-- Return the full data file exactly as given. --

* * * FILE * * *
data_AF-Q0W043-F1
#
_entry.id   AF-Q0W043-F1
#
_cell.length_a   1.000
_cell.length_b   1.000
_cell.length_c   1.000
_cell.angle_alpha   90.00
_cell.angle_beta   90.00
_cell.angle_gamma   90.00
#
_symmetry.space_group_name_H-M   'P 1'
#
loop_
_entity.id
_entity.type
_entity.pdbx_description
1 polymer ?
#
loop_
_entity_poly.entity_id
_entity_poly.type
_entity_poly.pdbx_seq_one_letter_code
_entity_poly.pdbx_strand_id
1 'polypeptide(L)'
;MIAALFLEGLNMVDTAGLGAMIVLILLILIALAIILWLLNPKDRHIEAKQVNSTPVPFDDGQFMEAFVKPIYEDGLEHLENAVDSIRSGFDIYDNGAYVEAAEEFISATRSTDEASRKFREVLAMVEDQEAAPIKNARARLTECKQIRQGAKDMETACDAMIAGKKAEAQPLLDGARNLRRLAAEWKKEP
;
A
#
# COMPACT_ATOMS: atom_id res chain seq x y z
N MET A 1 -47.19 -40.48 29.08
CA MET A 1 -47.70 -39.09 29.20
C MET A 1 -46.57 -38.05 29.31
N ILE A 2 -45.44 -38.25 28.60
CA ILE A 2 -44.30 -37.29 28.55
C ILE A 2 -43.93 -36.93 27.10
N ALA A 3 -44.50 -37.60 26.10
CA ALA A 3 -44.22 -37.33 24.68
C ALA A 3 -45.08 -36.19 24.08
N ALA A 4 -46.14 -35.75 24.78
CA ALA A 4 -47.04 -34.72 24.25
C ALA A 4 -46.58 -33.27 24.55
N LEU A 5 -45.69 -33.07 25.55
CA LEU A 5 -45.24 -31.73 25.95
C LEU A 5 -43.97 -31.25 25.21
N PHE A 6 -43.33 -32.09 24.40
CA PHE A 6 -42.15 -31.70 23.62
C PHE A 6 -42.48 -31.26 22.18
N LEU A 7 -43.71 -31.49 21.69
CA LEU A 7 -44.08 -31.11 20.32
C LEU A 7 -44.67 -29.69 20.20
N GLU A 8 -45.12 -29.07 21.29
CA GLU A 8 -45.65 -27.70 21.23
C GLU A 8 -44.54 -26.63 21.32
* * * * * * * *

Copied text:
data_AF-Q0W043-F1
#
_entry.id   AF-Q0W043-F1
#
_cell.length_a   1.000
_cell.length_b   1.000
_cell.length_c   1.000
_cell.angle_alpha   90.00
_cell.angle_beta   90.00
_cell.angle_gamma   90.00
#
_symmetry.space_group_name_H-M   'P 1'
#
loop_
_entity.id
_entity.type
_entity.pdbx_description
1 polymer ?
#
loop_
_entity_poly.entity_id
_entity_poly.type
_entity_poly.pdbx_seq_one_letter_code
_entity_poly.pdbx_strand_id
1 'polypeptide(L)'
;MIAALFLEGLNMVDTAGLGAMIVLILLILIALAIILWLLNPKDRHIEAKQVNSTPVPFDDGQFMEAFVKPIYEDGLEHLENAVDSIRSGFDIYDNGAYVEAAEEFISATRSTDEASRKFREVLAMVEDQEAAPIKNARARLTECKQIRQGAKDMETACDAMIAGKKAEAQPLLDGARNLRRLAAEWKKEP
;
A
#
# COMPACT_ATOMS: atom_id res chain seq x y z
N MET A 1 -47.19 -40.48 29.08
CA MET A 1 -47.70 -39.09 29.20
C MET A 1 -46.57 -38.05 29.31
N ILE A 2 -45.44 -38.25 28.60
CA ILE A 2 -44.30 -37.29 28.55
C ILE A 2 -43.93 -36.93 27.10
N ALA A 3 -44.50 -37.60 26.10
CA ALA A 3 -44.22 -37.33 24.68
C ALA A 3 -45.08 -36.19 24.08
N ALA A 4 -46.14 -35.75 24.78
CA ALA A 4 -47.04 -34.72 24.25
C ALA A 4 -46.58 -33.27 24.55
N LEU A 5 -45.69 -33.07 25.55
CA LEU A 5 -45.24 -31.73 25.95
C LEU A 5 -43.97 -31.25 25.21
N PHE A 6 -43.33 -32.09 24.40
CA PHE A 6 -42.15 -31.70 23.62
C PHE A 6 -42.48 -31.26 22.18
N LEU A 7 -43.71 -31.49 21.69
CA LEU A 7 -44.08 -31.11 20.32
C LEU A 7 -44.67 -29.69 20.20
N GLU A 8 -45.12 -29.07 21.29
CA GLU A 8 -45.65 -27.70 21.23
C GLU A 8 -44.54 -26.63 21.32